Gardening History on Original Soil

Only one hundred years ago, families cultivated their own plant species. One family was the patrician family Effinger, who resided at Wildegg Castle. The widespread diversity of species at that time is now readily apparent in the public gardens of the manor. For the protection and support of rare, culturally and historically significant species, over 300 old species of vegetables, grains and berries as well as aroma, seasoning and medicinal herbs are cultivated in collaboration with the Swiss foundation ProSpecieRara.

In the root cellar, visitors meet the current gardener, Bruno, and the last lady of the manor, Julie von Effinger (1837-1912). Their animated conversation forges a bridge over more than one hundred years of gardening culture. Amazed at the news of decreasing biodiversity, Julie von Effinger ventures into the 21st century in order to see for herself. What she discovers is what the visitors can explore: At various stations they learn more about the endangered species.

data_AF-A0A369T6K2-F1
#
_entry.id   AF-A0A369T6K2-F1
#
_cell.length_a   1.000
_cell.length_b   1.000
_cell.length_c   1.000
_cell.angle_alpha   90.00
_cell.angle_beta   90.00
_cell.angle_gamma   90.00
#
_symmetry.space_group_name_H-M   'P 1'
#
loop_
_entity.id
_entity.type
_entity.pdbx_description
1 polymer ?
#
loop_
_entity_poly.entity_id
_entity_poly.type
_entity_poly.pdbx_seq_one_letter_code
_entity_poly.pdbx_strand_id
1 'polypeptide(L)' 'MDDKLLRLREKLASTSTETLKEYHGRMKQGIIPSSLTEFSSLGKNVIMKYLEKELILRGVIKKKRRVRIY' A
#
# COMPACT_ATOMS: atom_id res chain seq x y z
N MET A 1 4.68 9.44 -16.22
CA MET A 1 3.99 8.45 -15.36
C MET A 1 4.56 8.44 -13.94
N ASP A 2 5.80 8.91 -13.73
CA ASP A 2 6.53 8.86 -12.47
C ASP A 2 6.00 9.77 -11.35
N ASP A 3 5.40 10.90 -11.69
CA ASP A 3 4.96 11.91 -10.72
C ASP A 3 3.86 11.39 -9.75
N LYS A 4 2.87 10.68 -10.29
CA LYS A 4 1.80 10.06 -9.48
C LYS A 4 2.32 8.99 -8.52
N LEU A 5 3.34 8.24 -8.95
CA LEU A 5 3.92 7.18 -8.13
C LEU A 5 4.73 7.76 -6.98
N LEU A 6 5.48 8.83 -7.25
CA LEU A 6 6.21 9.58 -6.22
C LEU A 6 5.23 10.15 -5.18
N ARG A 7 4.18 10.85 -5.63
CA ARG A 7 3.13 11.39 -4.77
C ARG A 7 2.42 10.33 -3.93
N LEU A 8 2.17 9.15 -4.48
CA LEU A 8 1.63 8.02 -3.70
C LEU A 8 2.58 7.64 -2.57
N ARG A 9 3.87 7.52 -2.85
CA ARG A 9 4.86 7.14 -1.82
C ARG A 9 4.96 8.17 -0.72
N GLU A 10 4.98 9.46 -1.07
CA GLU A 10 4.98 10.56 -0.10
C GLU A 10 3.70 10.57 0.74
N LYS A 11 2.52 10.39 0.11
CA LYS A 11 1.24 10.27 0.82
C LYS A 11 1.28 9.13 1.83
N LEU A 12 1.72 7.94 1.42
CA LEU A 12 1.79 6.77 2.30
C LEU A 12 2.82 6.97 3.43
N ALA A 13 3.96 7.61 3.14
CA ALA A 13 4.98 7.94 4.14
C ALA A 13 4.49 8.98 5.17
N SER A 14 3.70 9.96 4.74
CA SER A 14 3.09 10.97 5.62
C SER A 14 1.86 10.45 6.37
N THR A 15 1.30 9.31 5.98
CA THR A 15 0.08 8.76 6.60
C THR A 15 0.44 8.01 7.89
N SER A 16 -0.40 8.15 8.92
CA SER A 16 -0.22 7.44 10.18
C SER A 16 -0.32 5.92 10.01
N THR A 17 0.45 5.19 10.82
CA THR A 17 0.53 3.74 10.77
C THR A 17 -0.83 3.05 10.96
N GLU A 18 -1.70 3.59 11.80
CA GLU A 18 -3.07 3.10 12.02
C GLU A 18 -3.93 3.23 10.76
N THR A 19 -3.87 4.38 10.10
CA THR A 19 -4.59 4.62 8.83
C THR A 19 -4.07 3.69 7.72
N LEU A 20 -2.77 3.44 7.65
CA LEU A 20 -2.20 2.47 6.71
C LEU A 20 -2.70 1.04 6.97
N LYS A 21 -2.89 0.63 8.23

In addition, the exhibition explains the history of castle gardens and offers visitors the opportunity to plant rare species themselves.

Facts & Figures
Wildegg, Switzerland
Museum Aargau
Concept, planning, realisation of the garden attraction, 60 sq. m, 2017
Photos: Museum Aargau